Albert's Chapel is Calhoun County's chief claim to architectural fame, even though its rebuilding in the late 1990s did irreversible damage to the original fabric. The original octagonal form remains, but little of the original materials are now evident. Above horizontal wooden sills, the chapel was sheathed in board-and-batten siding, which has been replaced with artificial siding. The entrance, a double door with transom above, still centers one side, while other walls have single triangular-headed windows. In spite of new trim and sash, the windows still impart a country Gothic ambience. An overhanging pyramidal roof is capped with an octagonal, louvered belfry at the apex.
The Polin family sponsored and built the chapel. Brothers Asbury and Wesley furnished land and lumber, and Charles was the principal carpenter. As their names suggest, the church is Methodist, but it was another member of the Polin family, Albert, who was responsible for overseeing the work, and it is his name that the church honors.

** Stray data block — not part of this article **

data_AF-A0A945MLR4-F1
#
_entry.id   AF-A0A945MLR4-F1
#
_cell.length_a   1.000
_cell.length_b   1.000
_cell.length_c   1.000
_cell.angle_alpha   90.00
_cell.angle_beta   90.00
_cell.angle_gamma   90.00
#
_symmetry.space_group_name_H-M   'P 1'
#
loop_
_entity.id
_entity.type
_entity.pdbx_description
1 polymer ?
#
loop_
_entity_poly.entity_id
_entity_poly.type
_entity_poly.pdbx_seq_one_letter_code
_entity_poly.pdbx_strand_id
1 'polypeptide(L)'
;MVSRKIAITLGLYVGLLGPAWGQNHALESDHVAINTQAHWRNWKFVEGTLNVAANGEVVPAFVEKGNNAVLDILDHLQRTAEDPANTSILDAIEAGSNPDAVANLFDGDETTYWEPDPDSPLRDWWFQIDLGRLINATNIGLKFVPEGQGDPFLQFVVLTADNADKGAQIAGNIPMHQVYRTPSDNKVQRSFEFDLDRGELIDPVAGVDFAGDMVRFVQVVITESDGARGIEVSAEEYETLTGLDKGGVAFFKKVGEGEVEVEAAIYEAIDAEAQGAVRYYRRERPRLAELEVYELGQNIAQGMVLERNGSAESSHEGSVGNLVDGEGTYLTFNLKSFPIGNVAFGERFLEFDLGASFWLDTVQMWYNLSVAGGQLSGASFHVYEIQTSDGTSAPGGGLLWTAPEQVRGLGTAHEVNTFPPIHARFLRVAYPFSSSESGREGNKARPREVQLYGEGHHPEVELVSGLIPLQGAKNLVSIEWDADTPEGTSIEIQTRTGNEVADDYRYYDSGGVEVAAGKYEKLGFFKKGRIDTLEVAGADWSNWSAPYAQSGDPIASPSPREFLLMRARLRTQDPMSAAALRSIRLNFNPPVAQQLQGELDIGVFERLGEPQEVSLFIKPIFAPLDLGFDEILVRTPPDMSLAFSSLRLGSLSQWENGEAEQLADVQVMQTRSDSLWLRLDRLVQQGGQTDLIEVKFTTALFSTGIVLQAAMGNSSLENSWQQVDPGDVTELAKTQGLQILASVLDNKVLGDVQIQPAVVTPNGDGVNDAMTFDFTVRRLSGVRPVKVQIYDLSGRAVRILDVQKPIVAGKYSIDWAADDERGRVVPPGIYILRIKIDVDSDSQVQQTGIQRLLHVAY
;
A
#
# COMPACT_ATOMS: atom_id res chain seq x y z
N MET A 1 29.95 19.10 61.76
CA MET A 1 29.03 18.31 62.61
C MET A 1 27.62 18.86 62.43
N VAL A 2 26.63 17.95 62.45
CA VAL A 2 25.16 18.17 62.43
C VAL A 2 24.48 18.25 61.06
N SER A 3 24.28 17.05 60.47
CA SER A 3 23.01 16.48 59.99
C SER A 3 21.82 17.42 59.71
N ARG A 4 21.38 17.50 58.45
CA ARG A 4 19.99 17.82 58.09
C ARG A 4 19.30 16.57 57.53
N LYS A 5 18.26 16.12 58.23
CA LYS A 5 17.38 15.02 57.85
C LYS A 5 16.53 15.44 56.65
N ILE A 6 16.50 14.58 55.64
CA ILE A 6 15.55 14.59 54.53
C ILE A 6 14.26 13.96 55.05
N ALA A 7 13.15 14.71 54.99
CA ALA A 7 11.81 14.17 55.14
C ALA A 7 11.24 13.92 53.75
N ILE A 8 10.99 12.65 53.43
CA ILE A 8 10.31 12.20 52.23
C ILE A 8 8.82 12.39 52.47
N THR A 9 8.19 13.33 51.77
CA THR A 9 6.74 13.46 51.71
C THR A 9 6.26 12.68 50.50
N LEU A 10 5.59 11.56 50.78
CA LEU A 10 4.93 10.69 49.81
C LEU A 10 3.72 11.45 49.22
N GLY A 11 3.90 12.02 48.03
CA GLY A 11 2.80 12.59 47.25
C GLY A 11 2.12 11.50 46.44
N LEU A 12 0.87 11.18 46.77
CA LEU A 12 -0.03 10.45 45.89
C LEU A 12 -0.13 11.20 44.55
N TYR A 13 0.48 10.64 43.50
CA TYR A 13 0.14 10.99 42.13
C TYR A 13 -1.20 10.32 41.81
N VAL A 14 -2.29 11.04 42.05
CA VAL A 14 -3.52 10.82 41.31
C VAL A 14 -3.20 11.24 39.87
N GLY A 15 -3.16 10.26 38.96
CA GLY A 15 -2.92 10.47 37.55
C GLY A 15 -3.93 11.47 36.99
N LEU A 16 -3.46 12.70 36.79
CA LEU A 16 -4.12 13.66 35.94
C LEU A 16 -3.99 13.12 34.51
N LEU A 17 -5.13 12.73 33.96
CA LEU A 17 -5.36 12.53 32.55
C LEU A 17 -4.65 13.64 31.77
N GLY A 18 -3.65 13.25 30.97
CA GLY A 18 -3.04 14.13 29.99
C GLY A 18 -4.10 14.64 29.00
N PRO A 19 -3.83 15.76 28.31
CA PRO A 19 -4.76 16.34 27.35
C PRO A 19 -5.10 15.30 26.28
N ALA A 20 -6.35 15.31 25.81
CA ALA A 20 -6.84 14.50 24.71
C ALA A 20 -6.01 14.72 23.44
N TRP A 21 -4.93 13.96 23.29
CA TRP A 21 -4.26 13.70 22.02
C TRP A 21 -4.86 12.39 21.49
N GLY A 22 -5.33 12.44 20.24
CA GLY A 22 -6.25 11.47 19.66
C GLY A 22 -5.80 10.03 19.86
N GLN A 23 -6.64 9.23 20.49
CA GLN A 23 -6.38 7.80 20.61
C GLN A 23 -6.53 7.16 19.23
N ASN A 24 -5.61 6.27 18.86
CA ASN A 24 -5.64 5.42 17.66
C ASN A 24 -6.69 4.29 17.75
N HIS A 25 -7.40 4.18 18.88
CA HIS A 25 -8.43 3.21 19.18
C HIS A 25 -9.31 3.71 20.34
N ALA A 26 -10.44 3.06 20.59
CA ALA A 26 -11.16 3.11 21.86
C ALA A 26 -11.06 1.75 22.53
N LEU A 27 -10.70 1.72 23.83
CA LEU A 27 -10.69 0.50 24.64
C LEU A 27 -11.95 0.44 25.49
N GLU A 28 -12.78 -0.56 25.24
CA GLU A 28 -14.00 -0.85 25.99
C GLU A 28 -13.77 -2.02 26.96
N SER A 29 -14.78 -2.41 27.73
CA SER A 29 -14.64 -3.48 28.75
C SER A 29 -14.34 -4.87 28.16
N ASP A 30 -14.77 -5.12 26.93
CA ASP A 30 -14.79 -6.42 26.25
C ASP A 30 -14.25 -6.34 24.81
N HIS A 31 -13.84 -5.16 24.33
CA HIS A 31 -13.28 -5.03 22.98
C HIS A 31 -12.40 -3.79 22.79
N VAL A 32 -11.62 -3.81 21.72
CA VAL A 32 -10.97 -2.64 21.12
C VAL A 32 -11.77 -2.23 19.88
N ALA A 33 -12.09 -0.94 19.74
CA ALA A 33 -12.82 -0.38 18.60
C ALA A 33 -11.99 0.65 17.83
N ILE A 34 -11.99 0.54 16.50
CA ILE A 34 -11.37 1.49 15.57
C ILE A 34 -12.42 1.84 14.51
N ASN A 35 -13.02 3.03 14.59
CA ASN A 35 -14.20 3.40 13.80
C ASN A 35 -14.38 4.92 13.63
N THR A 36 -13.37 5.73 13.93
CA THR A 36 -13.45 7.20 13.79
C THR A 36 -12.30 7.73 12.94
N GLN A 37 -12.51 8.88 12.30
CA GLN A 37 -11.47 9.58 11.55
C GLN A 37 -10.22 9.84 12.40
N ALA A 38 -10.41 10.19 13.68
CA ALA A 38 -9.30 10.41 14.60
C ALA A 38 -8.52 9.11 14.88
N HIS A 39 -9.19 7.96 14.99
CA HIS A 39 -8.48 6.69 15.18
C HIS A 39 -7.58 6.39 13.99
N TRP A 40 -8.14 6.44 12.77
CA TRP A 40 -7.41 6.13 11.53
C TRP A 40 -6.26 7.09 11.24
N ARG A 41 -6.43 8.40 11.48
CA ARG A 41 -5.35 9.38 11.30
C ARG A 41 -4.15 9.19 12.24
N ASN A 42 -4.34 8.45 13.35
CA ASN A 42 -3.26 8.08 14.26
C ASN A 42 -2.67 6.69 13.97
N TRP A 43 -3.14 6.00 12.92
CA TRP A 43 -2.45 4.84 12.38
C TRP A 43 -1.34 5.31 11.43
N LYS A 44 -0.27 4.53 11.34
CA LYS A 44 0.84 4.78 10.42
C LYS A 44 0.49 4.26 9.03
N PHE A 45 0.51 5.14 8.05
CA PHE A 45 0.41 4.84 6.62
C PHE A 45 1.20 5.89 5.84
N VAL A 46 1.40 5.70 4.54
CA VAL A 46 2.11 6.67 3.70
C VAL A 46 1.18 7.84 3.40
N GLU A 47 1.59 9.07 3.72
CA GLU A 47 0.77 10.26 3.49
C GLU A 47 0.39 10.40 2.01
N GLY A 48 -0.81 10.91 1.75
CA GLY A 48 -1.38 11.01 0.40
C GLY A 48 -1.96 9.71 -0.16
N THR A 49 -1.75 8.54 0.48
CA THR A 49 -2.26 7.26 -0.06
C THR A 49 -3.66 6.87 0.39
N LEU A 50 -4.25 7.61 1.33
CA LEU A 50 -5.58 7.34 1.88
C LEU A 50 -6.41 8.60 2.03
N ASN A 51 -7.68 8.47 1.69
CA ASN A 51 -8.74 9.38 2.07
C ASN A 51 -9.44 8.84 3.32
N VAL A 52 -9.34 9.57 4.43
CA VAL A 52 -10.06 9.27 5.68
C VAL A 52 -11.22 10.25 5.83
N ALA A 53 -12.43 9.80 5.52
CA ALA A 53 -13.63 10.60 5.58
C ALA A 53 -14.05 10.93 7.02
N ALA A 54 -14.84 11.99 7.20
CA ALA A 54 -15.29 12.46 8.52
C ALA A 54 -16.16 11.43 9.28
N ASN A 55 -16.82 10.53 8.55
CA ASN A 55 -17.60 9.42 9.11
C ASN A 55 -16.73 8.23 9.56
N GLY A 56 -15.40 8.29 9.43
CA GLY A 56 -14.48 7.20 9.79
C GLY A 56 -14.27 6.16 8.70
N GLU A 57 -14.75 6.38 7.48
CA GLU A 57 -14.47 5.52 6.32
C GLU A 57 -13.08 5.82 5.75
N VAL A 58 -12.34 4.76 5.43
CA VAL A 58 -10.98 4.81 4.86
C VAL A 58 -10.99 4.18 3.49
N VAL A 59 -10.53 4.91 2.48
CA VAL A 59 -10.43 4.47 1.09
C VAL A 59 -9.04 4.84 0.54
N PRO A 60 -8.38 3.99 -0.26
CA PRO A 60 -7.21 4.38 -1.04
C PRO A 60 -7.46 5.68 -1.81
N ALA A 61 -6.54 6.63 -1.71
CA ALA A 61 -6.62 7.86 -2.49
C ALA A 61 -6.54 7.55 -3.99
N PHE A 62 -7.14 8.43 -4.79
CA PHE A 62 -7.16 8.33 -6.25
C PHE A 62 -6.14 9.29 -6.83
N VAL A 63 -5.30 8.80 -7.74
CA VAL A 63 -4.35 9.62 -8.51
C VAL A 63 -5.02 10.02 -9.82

The seemingly diminutive chapel can seat more than three hundred worshipers. Its capacity helps prove the theory propounded by Orson Squire Fowler, the nineteenth-century phrenologist who promoted octagonal forms because they enclosed more floor space than squares. Whether Fowler's doctrine actually influenced the Polins is unknown. The form nominating the church to the National Register of Historic Places in 1982 notes that, according to several church members, the shape was chosen “so that the devil couldn't corner you in it.” After the much-loved area landmark became structurally unsound in the 1990s, it was entirely rebuilt.